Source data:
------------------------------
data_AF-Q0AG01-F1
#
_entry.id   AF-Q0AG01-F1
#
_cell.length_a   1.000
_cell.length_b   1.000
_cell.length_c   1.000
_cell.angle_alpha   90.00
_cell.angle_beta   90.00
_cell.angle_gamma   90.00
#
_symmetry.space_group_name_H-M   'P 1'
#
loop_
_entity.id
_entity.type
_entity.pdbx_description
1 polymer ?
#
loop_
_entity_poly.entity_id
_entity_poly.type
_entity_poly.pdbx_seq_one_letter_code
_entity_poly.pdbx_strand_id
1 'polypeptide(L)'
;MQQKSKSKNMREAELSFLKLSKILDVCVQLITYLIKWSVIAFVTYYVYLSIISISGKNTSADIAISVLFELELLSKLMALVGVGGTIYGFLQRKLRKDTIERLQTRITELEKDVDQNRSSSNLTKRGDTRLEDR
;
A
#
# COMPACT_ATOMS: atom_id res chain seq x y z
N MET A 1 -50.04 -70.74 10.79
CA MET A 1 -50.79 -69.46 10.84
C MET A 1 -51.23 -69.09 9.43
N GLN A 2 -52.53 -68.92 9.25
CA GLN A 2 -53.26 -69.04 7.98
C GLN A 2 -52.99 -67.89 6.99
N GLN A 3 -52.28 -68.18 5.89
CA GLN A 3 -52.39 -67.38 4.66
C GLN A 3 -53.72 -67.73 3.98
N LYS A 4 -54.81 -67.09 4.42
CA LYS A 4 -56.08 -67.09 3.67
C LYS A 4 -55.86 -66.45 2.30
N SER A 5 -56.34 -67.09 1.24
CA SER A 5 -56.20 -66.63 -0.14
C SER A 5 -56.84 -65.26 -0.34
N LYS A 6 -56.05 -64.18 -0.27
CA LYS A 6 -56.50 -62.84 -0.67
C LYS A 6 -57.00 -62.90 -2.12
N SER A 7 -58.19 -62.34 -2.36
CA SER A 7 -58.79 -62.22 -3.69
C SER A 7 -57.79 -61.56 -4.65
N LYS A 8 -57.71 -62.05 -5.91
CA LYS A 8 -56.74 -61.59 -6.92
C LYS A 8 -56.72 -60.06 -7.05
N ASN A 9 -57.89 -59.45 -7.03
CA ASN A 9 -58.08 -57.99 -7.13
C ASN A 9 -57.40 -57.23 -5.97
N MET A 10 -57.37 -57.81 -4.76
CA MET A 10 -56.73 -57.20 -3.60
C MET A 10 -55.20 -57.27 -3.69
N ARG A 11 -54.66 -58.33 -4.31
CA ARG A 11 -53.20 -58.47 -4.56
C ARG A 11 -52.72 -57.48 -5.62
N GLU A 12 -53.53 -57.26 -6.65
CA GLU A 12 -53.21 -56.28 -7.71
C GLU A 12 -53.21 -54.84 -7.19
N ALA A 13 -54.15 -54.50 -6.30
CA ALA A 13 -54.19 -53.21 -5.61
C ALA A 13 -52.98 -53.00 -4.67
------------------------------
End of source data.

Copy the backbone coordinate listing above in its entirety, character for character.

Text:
data_AF-Q0AG01-F1
#
_entry.id   AF-Q0AG01-F1
#
_cell.length_a   1.000
_cell.length_b   1.000
_cell.length_c   1.000
_cell.angle_alpha   90.00
_cell.angle_beta   90.00
_cell.angle_gamma   90.00
#
_symmetry.space_group_name_H-M   'P 1'
#
loop_
_entity.id
_entity.type
_entity.pdbx_description
1 polymer ?
#
loop_
_entity_poly.entity_id
_entity_poly.type
_entity_poly.pdbx_seq_one_letter_code
_entity_poly.pdbx_strand_id
1 'polypeptide(L)'
;MQQKSKSKNMREAELSFLKLSKILDVCVQLITYLIKWSVIAFVTYYVYLSIISISGKNTSADIAISVLFELELLSKLMALVGVGGTIYGFLQRKLRKDTIERLQTRITELEKDVDQNRSSSNLTKRGDTRLEDR
;
A
#
# COMPACT_ATOMS: atom_id res chain seq x y z
N MET A 1 -50.04 -70.74 10.79
CA MET A 1 -50.79 -69.46 10.84
C MET A 1 -51.23 -69.09 9.43
N GLN A 2 -52.53 -68.92 9.25
CA GLN A 2 -53.26 -69.04 7.98
C GLN A 2 -52.99 -67.89 6.99
N GLN A 3 -52.28 -68.18 5.89
CA GLN A 3 -52.39 -67.38 4.66
C GLN A 3 -53.72 -67.73 3.98
N LYS A 4 -54.81 -67.09 4.42
CA LYS A 4 -56.08 -67.09 3.67
C LYS A 4 -55.86 -66.45 2.30
N SER A 5 -56.34 -67.09 1.24
CA SER A 5 -56.20 -66.63 -0.14
C SER A 5 -56.84 -65.26 -0.34
N LYS A 6 -56.05 -64.18 -0.27
CA LYS A 6 -56.50 -62.84 -0.67
C LYS A 6 -57.00 -62.90 -2.12
N SER A 7 -58.19 -62.34 -2.36
CA SER A 7 -58.79 -62.22 -3.69
C SER A 7 -57.79 -61.56 -4.65
N LYS A 8 -57.71 -62.05 -5.91
CA LYS A 8 -56.74 -61.59 -6.92
C LYS A 8 -56.72 -60.06 -7.05
N ASN A 9 -57.89 -59.45 -7.03
CA ASN A 9 -58.08 -57.99 -7.13
C ASN A 9 -57.40 -57.23 -5.97
N MET A 10 -57.37 -57.81 -4.76
CA MET A 10 -56.73 -57.20 -3.60
C MET A 10 -55.20 -57.27 -3.69
N ARG A 11 -54.66 -58.33 -4.31
CA ARG A 11 -53.20 -58.47 -4.56
C ARG A 11 -52.72 -57.48 -5.62
N GLU A 12 -53.53 -57.26 -6.65
CA GLU A 12 -53.21 -56.28 -7.71
C GLU A 12 -53.21 -54.84 -7.19
N ALA A 13 -54.15 -54.50 -6.30
CA ALA A 13 -54.19 -53.21 -5.61
C ALA A 13 -52.98 -53.00 -4.67